Stanford business school students are arguably the future business leaders of America. Which is why it’s awfully scary to take a peek at what they think is funny. The song uses banal biz-speak as sexual innuendo, which is then acted out in the video by students proudly sporting cardinal-red Stanford gear. Unfortunately, the scenes are all too familiar to anyone who has experienced sexual harassment or inappropriate behavior in the workplace.
Check out this video from a group of current graduate students — if it’s still up.
[the video was originally posted here but has since been removed]
One wishes these students, some of the brightest business students in the world, would use their platform to promote principals of egalitarian leadership. Instead they’ve taken it to the lowest common denominator and revel in the potty humor. Consider the following lines: “I want you to know you’ve got freak cash flow in my spread sheets,” and “Time for a 1:1, babe let’s have some fun, I think you’re needing an all-hands meeting.”
This video promotes gender stereotypes and sexual harassment — issues one would hope Stanford students and faculty would be actively working against in the classroom. While the video was published last month on Valentine’s Day (how sweet!), it caught a second round of promotion on Twitter yesterday for International Women’s Day. Sarah Lacy, founder of Pando, called it the “video version of Travis [Kalanick]’s boober joke,” which is to say it was gross, unfunny and unbefitting an individual in corporate leadership position.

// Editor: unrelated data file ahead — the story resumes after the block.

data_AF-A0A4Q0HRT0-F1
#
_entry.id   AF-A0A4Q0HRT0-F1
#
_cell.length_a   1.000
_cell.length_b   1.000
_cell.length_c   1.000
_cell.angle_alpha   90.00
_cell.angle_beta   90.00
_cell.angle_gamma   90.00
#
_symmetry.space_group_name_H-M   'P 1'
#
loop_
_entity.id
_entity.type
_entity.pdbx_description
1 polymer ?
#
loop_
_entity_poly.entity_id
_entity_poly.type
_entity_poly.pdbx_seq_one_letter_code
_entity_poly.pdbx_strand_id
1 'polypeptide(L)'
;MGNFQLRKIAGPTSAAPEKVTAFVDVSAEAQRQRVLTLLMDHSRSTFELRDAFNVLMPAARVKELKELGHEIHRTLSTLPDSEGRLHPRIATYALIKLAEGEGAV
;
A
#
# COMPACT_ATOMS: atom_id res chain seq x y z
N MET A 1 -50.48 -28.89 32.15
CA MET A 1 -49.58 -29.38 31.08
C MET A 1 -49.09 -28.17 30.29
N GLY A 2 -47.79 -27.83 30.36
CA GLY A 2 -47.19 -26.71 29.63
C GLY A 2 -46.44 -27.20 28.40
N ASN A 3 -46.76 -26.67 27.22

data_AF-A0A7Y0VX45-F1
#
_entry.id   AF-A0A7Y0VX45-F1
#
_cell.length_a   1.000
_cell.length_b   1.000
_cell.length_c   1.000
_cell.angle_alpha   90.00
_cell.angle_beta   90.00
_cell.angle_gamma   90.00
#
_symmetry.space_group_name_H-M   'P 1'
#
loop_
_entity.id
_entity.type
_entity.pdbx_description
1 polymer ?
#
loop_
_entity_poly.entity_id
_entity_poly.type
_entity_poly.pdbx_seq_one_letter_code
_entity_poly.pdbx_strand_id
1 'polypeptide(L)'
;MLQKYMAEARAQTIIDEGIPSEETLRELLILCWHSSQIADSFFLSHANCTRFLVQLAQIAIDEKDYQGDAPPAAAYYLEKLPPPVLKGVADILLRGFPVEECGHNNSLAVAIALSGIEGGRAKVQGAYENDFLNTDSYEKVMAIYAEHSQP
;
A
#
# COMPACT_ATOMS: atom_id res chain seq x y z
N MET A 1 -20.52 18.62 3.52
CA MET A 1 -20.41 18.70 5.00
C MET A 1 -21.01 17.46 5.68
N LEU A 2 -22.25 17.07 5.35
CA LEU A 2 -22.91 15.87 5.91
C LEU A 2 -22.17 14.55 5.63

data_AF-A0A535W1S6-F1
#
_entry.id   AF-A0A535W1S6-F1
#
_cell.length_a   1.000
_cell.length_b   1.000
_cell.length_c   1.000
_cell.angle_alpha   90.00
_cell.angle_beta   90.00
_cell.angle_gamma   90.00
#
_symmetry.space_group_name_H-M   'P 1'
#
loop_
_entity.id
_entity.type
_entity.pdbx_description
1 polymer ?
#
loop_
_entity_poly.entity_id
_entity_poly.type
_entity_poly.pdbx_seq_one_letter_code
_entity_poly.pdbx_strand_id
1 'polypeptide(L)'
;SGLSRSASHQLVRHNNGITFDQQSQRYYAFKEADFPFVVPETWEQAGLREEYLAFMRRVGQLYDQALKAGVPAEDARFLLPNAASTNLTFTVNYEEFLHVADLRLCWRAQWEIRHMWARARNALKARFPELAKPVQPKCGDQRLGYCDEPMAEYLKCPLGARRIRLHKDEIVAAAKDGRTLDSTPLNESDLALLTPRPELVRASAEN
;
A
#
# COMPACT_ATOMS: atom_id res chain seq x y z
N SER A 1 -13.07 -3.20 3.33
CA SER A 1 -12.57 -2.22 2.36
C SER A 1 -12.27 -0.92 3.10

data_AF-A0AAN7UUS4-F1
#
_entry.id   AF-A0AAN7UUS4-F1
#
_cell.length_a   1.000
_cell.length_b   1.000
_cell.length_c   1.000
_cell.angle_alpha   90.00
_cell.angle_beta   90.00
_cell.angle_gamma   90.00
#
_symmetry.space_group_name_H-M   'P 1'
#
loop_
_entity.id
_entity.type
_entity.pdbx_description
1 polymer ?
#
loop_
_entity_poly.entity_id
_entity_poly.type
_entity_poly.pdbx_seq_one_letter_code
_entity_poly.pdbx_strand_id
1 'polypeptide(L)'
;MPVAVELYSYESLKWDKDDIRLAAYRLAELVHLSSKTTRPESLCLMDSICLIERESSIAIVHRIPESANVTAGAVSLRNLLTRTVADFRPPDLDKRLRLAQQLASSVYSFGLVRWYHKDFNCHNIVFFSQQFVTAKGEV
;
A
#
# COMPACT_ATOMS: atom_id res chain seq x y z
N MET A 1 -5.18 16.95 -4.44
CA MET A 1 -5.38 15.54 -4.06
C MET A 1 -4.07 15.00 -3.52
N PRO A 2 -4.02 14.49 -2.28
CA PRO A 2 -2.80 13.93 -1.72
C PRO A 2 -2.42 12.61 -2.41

Michele Dauber, a law professor and sociologist at Stanford, first called attention to the video on Twitter. Dauber heads “Recall Persky” — a campaign to recall the judge from the Brock Allen Turner trial. Remember him? Turner is the former Stanford student who got six months in jail for sexually assaulting an unconscious woman behind a dumpster. Yes, it was all too recently that the university was in the headlines for the easy out one of its students got in a rape case. You’d think students would be extra sensitive to the image they present, but no.
Dauber tweeted the video with the screenshot below and the following comment: “The problem is that this is what a hostile environment looks like. So it’s not funny — it’s degrading to women and diminishes all women in biz.”
Funnily enough, the screenshot Dauber shared actually got her account flagged for offensive content on Twitter, leading her to tweet: “I guess twitter has laid to rest the question of whether this is objectively offensive.” If an algorithm can tell this is in poor taste, why can’t a group of elite business students?
While the students were most assuredly “just trying to be funny” and “didn’t mean any harm,” that’s simply not good enough for those who aim to lead organizations for change. Given the school’s values to ‘engage intellectually,’ ‘strive for something great,’ ‘respect others,’ ‘act with integrity’ and ‘own your actions,’ we expect more.
We reached out to the video’s producers to ask what they were thinking, but we didn’t hear back by press time. We’ll update this article if we get a response.